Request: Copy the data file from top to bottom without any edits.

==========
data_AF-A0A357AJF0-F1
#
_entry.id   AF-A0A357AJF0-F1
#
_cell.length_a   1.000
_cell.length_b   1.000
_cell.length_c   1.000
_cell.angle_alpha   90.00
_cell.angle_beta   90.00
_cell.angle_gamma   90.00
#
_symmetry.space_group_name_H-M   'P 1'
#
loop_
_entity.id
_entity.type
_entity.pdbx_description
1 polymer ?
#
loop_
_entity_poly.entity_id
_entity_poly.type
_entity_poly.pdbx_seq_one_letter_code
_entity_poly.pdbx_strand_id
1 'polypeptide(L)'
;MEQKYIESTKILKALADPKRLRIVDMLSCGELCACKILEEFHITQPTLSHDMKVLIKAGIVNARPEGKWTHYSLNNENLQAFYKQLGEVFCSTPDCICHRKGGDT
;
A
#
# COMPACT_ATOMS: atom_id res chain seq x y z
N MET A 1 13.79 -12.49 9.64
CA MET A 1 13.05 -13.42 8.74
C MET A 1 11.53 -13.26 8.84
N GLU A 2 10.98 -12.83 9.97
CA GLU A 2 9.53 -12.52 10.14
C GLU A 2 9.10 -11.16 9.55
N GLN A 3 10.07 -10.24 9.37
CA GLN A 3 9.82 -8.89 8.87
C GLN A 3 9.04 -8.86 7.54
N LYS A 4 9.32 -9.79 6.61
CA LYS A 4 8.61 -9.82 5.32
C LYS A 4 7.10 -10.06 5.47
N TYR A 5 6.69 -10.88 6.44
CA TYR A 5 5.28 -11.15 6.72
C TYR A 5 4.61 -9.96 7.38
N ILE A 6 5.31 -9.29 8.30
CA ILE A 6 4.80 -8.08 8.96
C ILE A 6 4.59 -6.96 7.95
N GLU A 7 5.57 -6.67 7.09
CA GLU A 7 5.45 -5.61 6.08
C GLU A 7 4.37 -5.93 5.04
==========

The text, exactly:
data_AF-A0A357AJF0-F1
#
_entry.id   AF-A0A357AJF0-F1
#
_cell.length_a   1.000
_cell.length_b   1.000
_cell.length_c   1.000
_cell.angle_alpha   90.00
_cell.angle_beta   90.00
_cell.angle_gamma   90.00
#
_symmetry.space_group_name_H-M   'P 1'
#
loop_
_entity.id
_entity.type
_entity.pdbx_description
1 polymer ?
#
loop_
_entity_poly.entity_id
_entity_poly.type
_entity_poly.pdbx_seq_one_letter_code
_entity_poly.pdbx_strand_id
1 'polypeptide(L)'
;MEQKYIESTKILKALADPKRLRIVDMLSCGELCACKILEEFHITQPTLSHDMKVLIKAGIVNARPEGKWTHYSLNNENLQAFYKQLGEVFCSTPDCICHRKGGDT
;
A
#
# COMPACT_ATOMS: atom_id res chain seq x y z
N MET A 1 13.79 -12.49 9.64
CA MET A 1 13.05 -13.42 8.74
C MET A 1 11.53 -13.26 8.84
N GLU A 2 10.98 -12.83 9.97
CA GLU A 2 9.53 -12.52 10.14
C GLU A 2 9.10 -11.16 9.55
N GLN A 3 10.07 -10.24 9.37
CA GLN A 3 9.82 -8.89 8.87
C GLN A 3 9.04 -8.86 7.54
N LYS A 4 9.32 -9.79 6.61
CA LYS A 4 8.61 -9.82 5.32
C LYS A 4 7.10 -10.06 5.47
N TYR A 5 6.69 -10.88 6.44
CA TYR A 5 5.28 -11.15 6.72
C TYR A 5 4.61 -9.96 7.38
N ILE A 6 5.31 -9.29 8.30
CA ILE A 6 4.80 -8.08 8.96
C ILE A 6 4.59 -6.96 7.95
N GLU A 7 5.57 -6.67 7.09
CA GLU A 7 5.45 -5.61 6.08
C GLU A 7 4.37 -5.93 5.04